President Barack Obama on Tuesday nominated federal appeals court judge Sonia Sotomayor LAW ’79 to the Supreme Court.

If confirmed, Sotomayor would be the first Hispanic justice to serve on the high court, and only the third woman. She has served on the New York-based United States Court of Appeals for the Second Circuit since 1998 and has heard several controversial cases, including Ricci v. DeStefano, the reverse-discrimination case about a promotion exam for the New Haven Fire Department.

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The Ricci case is posed to become a pivotal one during Sotomayor’s confirmation process, as the Supreme Court is currently deciding the reverse-discrimination suit.

Sotomayor, 54, would replace Justice David Souter, who announced his retirement last month. The Yale Law School alumna would join two other Elis — Clarence Thomas LAW ’74 and Samuel Alito LAW ’75 — on the Supreme Court.

“My heart today is bursting with gratitude,” Sotomayor said from the White House lectern after Obama announced her nomination.

In his announcement, the president called Sotomayor “an inspiring woman,” and said she has “faced down barriers” and “overcame the odds” in her journey from a Bronx housing project to two elite universities, Princeton and Yale, and then to the federal bench.

Sotomayor is the daughter of Puerto Rican parents and was raised in the South Bronx. After her father died when she was eight, Sotomayor was raised by her mother, whom she credits for pushing her to go to Princeton, where she graduated with honors in 1976. After graduating from Yale Law School, where she was an editor of the Yale Law Journal, Sotomayor served as an assistant district attorney in New York County under Robert Morgenthau LAW ’48.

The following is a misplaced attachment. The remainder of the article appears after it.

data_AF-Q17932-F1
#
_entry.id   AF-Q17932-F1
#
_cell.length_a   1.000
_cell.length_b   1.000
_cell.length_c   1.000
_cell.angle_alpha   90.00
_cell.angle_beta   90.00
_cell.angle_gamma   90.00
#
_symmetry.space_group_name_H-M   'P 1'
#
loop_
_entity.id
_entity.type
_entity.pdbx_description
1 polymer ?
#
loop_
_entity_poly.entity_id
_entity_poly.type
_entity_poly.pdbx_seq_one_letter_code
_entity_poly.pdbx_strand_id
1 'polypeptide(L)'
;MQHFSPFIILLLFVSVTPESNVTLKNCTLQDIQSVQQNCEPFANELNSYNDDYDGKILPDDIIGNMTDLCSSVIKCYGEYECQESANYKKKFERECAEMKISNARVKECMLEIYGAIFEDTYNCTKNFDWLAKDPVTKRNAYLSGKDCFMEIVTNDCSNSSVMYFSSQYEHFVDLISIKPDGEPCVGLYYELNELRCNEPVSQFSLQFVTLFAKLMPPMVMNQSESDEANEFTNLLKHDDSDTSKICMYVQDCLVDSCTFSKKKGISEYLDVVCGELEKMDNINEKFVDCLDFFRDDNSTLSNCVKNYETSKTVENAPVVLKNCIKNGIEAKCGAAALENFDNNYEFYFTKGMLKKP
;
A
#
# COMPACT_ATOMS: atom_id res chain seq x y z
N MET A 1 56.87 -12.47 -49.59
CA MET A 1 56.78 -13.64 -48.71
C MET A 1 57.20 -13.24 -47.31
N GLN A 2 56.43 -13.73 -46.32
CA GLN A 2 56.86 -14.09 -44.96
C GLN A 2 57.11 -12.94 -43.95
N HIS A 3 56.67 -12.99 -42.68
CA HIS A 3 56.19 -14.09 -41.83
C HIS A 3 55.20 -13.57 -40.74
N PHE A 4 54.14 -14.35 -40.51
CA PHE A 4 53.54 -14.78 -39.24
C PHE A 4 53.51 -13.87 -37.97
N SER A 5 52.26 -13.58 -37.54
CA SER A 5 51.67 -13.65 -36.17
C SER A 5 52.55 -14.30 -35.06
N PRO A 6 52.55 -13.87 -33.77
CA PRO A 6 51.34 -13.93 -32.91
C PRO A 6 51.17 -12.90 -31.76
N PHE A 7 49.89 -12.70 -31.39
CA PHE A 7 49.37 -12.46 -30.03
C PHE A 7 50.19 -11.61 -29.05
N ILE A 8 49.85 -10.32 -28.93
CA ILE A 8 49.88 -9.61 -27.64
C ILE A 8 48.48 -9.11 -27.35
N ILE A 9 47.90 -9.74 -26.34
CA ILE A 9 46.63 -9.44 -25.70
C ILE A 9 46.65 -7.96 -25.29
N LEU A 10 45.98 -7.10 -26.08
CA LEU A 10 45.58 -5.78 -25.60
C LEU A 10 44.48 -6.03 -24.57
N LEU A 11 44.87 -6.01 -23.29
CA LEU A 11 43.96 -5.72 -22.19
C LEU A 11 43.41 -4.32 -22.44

Sotomayor reflected on that journey in her remarks on Tuesday. “I strive never to forget the real world consequences of my decisions on individuals, businesses and government,” she said.

Both of Connecticut’s senators praised Obama’s choice on Tuesday, saying they look forward to the Senate’s consideration of Sotomayor’s nomination.

“President Obama has promised to bring change to Washington and he continues to do that with his choice for Supreme Court Justice,” Sen. Chris Dodd said in a statement. “Judge Sotomayor is a highly qualified and historic nominee.”

In a separate statement, Sen. Joseph Lieberman ’64 LAW ’67 added: “Judge Sotomayor’s career represents the best of the American dream, and she possesses distinguished and superior legal credentials.”

Senate Minority Leader Mitch McConnell, Republican of Kentucky, said Tuesday that Senate Republicans would treat Sotomayor “fairly.” But he also said that Obama’s nominee would receive all due scrutiny.

“We will thoroughly examine her record to ensure she understands that the role of a jurist in our democracy is to apply the law evenhandedly,” he said, “despite their own feelings or personal or political preferences.”